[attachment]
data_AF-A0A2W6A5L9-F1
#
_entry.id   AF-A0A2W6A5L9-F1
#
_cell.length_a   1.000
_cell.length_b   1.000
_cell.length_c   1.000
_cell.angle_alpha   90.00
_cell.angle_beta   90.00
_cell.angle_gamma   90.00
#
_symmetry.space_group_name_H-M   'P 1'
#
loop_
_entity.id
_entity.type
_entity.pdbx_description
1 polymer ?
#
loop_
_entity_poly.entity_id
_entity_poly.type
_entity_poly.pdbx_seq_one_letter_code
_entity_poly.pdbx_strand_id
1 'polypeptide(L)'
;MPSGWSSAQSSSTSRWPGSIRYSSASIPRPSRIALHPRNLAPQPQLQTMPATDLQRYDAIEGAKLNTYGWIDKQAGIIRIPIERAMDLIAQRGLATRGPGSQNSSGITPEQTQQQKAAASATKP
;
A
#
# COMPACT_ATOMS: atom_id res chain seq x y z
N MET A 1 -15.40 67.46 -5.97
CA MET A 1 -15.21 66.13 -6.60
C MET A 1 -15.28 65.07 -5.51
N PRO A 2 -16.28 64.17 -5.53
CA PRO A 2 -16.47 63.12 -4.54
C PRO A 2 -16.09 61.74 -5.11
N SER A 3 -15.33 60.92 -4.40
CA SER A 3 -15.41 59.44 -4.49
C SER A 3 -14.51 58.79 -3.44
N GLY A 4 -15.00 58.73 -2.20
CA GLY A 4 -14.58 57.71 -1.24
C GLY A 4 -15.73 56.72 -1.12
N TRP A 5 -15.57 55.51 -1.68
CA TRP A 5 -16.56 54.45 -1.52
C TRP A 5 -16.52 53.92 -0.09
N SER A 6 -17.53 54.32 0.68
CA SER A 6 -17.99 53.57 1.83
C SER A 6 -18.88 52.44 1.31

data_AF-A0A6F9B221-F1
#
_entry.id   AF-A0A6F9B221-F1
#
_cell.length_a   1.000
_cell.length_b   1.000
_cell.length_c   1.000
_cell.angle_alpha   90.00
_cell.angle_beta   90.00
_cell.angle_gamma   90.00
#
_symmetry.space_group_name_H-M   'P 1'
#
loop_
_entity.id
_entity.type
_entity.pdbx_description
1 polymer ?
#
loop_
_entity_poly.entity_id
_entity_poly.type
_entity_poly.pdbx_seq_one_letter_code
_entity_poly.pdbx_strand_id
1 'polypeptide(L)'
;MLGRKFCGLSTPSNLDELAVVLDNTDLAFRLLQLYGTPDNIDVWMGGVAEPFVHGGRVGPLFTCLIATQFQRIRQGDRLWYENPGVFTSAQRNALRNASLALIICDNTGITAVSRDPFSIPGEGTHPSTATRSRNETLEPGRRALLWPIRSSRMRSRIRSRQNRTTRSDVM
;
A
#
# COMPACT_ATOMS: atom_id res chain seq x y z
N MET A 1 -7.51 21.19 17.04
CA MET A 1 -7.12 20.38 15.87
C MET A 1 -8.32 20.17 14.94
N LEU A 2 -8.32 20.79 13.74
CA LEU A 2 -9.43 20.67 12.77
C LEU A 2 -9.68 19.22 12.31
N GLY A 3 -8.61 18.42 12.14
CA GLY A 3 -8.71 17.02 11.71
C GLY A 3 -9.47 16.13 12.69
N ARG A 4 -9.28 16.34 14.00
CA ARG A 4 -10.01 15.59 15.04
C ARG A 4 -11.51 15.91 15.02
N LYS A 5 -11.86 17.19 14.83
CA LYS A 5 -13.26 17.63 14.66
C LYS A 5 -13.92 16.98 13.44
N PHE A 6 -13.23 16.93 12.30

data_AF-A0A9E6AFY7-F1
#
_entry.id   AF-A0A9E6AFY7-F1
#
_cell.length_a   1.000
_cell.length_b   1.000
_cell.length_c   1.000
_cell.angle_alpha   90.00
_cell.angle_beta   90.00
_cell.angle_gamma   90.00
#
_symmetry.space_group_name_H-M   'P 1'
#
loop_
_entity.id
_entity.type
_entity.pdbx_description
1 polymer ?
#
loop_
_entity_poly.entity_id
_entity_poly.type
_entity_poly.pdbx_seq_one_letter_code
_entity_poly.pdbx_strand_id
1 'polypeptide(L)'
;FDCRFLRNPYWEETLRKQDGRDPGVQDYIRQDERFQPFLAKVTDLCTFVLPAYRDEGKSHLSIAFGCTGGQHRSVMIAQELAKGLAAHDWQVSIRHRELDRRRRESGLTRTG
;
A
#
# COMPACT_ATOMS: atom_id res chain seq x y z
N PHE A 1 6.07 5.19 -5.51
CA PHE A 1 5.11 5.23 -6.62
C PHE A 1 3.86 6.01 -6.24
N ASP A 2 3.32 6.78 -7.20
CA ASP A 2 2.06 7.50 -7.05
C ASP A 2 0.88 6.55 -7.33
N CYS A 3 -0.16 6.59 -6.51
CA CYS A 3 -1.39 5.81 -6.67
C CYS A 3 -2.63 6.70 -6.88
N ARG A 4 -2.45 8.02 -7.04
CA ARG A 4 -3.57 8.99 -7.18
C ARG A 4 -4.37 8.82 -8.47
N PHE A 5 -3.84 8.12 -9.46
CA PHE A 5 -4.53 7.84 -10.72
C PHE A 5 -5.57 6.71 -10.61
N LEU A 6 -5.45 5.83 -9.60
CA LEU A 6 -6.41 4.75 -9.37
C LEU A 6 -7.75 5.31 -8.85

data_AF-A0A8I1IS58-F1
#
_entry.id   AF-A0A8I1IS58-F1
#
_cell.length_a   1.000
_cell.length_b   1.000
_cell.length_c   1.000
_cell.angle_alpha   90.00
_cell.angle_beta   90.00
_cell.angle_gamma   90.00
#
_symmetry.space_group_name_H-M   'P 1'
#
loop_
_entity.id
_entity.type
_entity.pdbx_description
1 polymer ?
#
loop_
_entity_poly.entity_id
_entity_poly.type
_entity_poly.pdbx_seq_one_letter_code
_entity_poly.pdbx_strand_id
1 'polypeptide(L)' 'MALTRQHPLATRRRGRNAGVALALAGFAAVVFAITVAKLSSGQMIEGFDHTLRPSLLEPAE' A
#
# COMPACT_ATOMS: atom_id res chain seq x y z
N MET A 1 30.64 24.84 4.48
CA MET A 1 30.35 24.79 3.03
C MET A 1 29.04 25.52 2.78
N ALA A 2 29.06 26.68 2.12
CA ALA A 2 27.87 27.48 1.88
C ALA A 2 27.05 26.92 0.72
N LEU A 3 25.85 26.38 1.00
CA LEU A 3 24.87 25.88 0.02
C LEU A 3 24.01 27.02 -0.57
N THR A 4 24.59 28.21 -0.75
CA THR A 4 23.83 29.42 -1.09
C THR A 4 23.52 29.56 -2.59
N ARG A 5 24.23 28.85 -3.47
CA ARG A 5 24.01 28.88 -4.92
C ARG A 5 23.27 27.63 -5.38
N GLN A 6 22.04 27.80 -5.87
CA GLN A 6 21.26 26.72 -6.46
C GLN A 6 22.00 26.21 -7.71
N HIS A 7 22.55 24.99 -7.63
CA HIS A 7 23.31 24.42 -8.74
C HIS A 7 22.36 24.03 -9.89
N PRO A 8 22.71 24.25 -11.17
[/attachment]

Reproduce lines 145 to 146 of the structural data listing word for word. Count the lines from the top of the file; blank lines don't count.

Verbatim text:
_entry.id   AF-A0A8I1IS58-F1
#